That’s where I scoffed and interrupted and said that was ridiculous. If I’m going to put one shoe on, I’m also going to put the other one on.  As soon as I heard myself say that my frown turned into a teary smile. I got the point. It was French fries, again.

Start small, or start micro small, but start somewhere.

Quote for the Week:


Enjoy This Week’s Discovery Links:

Leave a Little:  Food on the Plate

Healthiest Fast Food:  If You Must

Beginner Walking:  10 minutes

Stopping Short (continued)

Stuffed into a corner behind the bathroom door was a used pair of tighty whities. “Geez,” Jeff rolled his eyes, it’s just underwear.”

“It’s used underwear – dirty underwear!” As he leaned down to pick them up, I squealed, again. “Don’t touch those with your bare hands!” I grabbed the tissue box from the little table by the door and ran back. “Here,” I said. “For Pete’s sake, use these!”

Jeff pulled a handful of tissues, retrieved the dirty laundry from the floor. Just as he was about to re-home them in the trash, he dropped them. I learned a new phrase when Jeff declared, “Eew! Racing stripes!” “Racing stripes?” I had to ask, which made Jeff laugh. “You’ve never heard that? Do you wanna see?” he asked.

“What!? No, I don’t want to see,” I said even more grossed out. “And,” I pointed at his chest, “if you had closed the door you would have been the one to discover them and I’d still know nothing about stripes!”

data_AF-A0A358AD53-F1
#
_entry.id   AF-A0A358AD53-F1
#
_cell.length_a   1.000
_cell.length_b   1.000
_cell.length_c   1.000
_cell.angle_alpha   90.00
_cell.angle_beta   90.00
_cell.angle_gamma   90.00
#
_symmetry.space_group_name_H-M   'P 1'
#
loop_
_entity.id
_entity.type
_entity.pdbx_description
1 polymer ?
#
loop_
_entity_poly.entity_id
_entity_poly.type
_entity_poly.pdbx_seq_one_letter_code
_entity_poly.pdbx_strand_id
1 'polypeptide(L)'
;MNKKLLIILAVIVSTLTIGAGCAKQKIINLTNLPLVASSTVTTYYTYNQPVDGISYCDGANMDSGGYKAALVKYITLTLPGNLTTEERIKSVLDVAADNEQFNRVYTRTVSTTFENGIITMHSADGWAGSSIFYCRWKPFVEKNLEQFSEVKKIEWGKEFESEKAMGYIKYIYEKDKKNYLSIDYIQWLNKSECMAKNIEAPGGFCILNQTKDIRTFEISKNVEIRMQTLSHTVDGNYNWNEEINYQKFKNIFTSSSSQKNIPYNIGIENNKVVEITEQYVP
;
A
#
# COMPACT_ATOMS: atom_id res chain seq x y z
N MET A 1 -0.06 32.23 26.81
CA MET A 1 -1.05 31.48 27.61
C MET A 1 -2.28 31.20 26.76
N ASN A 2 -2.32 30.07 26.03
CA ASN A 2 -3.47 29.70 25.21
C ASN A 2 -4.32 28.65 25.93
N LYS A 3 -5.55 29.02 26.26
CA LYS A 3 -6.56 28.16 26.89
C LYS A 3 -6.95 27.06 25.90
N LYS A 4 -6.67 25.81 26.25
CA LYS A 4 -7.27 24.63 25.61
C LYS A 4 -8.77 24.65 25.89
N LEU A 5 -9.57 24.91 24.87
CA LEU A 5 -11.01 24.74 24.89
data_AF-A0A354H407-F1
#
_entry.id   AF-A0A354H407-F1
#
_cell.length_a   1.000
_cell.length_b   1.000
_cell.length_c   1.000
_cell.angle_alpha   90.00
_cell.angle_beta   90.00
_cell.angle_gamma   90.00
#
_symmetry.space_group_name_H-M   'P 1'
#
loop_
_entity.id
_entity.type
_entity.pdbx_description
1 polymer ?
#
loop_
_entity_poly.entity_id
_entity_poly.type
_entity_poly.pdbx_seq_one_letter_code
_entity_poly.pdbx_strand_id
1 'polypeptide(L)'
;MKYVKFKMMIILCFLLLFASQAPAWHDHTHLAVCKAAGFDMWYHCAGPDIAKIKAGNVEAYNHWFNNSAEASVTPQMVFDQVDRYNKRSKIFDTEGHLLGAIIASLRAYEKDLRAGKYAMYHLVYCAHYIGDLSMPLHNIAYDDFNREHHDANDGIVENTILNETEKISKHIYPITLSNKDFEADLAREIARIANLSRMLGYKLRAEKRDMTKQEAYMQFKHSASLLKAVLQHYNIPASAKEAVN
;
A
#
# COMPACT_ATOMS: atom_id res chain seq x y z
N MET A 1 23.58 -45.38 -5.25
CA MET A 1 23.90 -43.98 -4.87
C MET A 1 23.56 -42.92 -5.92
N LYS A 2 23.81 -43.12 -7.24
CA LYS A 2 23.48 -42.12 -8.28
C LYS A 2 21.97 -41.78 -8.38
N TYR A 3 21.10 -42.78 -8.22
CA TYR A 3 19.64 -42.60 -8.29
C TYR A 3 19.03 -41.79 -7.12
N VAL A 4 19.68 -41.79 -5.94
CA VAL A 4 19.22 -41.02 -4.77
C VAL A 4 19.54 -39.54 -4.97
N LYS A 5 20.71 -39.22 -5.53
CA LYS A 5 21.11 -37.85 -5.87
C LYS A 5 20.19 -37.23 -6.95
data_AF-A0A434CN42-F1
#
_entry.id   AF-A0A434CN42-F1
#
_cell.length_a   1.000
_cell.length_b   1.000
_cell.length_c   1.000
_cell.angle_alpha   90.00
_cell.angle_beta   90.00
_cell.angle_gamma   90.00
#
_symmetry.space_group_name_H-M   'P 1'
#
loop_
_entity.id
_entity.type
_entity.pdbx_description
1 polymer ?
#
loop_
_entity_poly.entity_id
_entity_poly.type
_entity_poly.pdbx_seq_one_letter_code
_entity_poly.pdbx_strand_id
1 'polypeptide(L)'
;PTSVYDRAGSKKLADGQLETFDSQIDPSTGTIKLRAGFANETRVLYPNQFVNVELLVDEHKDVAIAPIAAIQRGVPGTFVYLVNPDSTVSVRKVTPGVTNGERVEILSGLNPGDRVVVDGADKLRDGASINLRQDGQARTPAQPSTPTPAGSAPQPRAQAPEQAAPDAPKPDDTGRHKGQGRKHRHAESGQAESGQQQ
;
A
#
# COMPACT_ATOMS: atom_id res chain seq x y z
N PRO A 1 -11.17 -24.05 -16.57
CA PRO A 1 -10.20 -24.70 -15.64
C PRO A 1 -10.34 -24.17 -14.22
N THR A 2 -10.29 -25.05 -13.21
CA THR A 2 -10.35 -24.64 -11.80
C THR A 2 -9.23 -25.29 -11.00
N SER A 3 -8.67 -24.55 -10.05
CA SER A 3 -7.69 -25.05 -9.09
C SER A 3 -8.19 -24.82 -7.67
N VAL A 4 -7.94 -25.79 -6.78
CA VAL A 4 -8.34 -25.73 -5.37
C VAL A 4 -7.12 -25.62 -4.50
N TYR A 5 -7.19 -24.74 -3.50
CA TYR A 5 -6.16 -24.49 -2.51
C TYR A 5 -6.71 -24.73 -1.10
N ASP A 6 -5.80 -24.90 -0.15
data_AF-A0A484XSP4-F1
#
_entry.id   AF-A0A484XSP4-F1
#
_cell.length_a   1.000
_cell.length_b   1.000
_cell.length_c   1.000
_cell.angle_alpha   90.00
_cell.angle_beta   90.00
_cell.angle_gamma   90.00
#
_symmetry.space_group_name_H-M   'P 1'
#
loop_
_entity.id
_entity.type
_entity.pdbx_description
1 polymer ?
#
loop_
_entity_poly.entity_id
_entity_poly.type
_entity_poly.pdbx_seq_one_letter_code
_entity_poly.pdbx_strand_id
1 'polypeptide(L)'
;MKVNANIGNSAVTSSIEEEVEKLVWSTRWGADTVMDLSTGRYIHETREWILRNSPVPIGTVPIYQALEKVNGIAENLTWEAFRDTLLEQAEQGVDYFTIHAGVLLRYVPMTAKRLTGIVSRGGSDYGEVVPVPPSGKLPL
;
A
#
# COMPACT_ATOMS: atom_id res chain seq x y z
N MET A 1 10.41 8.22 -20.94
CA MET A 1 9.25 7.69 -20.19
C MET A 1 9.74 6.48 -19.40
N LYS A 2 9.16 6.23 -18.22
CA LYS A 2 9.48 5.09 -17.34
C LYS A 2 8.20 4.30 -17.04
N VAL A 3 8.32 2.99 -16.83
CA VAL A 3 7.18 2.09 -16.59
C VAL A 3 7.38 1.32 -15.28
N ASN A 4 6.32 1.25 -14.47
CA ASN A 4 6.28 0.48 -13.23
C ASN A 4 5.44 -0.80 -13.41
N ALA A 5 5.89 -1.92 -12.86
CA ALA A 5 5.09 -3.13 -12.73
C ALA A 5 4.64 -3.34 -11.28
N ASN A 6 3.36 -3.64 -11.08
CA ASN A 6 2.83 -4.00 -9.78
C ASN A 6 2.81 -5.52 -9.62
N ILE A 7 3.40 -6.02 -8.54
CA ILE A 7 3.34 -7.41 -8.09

“You want to change rooms again, don’t you?” he sighed.

“No,” I said.  “I’m already changed and tired, but you should call the front desk and tell them about this.”

After the phone call, Jeff revealed that our rate had been lowered 20% due to our troubles. “You know,” he pondered jokingly, “I bet if we took those with us, we could get discount rates at every hotel.” “We are not taking them with us!” I answered as I lay down on top of the bedspread. “No way. No how.”

“You gonna sleep on top of the bed stuff?” Jeff stared down at me.  “I don’t know what’s on those sheets,” I reasoned. “You’re wearing full flannel pajamas,” he reasoned right back. “It’s not like you’re going to sleep naked!” he exclaimed. As I mentioned – flannel – not so romantic.